Antti "Zombie" Autiomaa does two things well: play the bass guitar and drink. After several months' sleeping on the streets of Istanbul, he returns to Helsinki where he's called into the ...
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A bizarre black-and-white film noir reworking of Shakespeare's 'Hamlet'. After the death of his father, young Hamlet inherits a seat on the board of a company controlled by his uncle that ... See full summary »
Antti "Zombie" Autiomaa does two things well: play the bass guitar and drink. After several months' sleeping on the streets of Istanbul, he returns to Helsinki where he's called into the army but discharged on mental health grounds after adding turpentine to the officers' soup. Zombie lives bleary-eyed in an apartment off his parents' house where his lonely, unemployed father suffers from heart disease. His girl-friend Marjo has taken up with a hairdresser but comes back to Zombie. His friend Harri hires him as a roadie for his band "Harry and the Mulefukkers" then gives him a chance as a bass player. He has his girl and he has a gig, but can Zombie put the bottle down? Written by
The story of Zombie is based on the life of Sleepy Sleepers roadie and musician Pulu. Leading actor Silu Seppälä was his friend and is an musician too, so the movie has some aspects of Seppälä's life too. See more »
[Zombie leaves taxi]
[Shakes head without saying anything]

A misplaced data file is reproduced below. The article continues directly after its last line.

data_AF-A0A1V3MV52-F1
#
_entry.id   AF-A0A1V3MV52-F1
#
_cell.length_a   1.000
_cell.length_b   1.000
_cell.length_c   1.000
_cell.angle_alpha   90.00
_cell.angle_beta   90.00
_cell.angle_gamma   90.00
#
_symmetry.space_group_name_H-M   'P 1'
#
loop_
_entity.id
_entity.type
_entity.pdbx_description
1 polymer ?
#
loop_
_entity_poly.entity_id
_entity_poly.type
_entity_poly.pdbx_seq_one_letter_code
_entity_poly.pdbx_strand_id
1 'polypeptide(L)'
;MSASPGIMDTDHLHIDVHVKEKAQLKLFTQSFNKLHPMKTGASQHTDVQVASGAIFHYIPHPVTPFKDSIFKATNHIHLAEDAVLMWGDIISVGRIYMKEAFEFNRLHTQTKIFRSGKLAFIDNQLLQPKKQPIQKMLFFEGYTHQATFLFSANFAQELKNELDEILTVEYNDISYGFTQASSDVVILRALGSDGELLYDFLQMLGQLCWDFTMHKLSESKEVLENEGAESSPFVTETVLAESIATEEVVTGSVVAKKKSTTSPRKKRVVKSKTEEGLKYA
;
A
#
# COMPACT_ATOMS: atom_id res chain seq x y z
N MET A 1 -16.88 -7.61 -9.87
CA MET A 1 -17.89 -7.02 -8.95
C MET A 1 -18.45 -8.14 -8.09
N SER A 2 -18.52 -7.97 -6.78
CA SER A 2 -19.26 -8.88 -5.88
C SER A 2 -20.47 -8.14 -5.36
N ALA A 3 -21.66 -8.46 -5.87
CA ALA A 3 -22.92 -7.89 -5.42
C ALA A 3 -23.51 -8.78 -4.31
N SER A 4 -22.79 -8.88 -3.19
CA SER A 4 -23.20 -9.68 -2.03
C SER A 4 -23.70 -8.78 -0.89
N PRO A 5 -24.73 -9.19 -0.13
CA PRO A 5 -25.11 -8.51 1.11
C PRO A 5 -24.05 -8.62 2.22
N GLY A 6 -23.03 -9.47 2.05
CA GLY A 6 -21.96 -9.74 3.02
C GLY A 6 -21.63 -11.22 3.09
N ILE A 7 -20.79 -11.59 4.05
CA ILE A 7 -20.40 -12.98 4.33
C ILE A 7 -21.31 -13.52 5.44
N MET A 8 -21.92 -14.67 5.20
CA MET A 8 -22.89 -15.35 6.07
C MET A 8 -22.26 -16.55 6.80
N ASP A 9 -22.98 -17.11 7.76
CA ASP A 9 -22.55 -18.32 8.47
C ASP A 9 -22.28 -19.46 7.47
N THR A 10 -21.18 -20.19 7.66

[in english to the taxi driver]
Let's go. He's never coming back.
[Solitude by Black Sabbath begins to play]
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Mika Kaurismäki's "Zombie ja Kummitusjuna" ("Zombie and the Ghost Train" in English) is the first movie that I've seen by either of the Kaurismäki brothers. I understand that the brothers make a lot of movies about people whose lives suck. If so, then this movie is familiar territory. The main character is a guy who's really into music, but has no ambition otherwise. He spends a lot of time drifting and living on the streets of Istanbul. Maybe the whole point of the movie is to present the antithesis of what Scandinavia (presumably including Finland) is supposed to be: the region is viewed as pristine and having the world's highest quality of life, but the Kaurismäki brothers portray it as a s---hole.
Don't get me wrong. I thought that it was a good movie. Just understand that it's a REAL downer. Still worth seeing, though.
PS: The Kaurismäki brothers are friends of Jim Jarmusch, and so some of the cast members from their movies starred in the Helsinki segment of Jarmusch's "Night on Earth".
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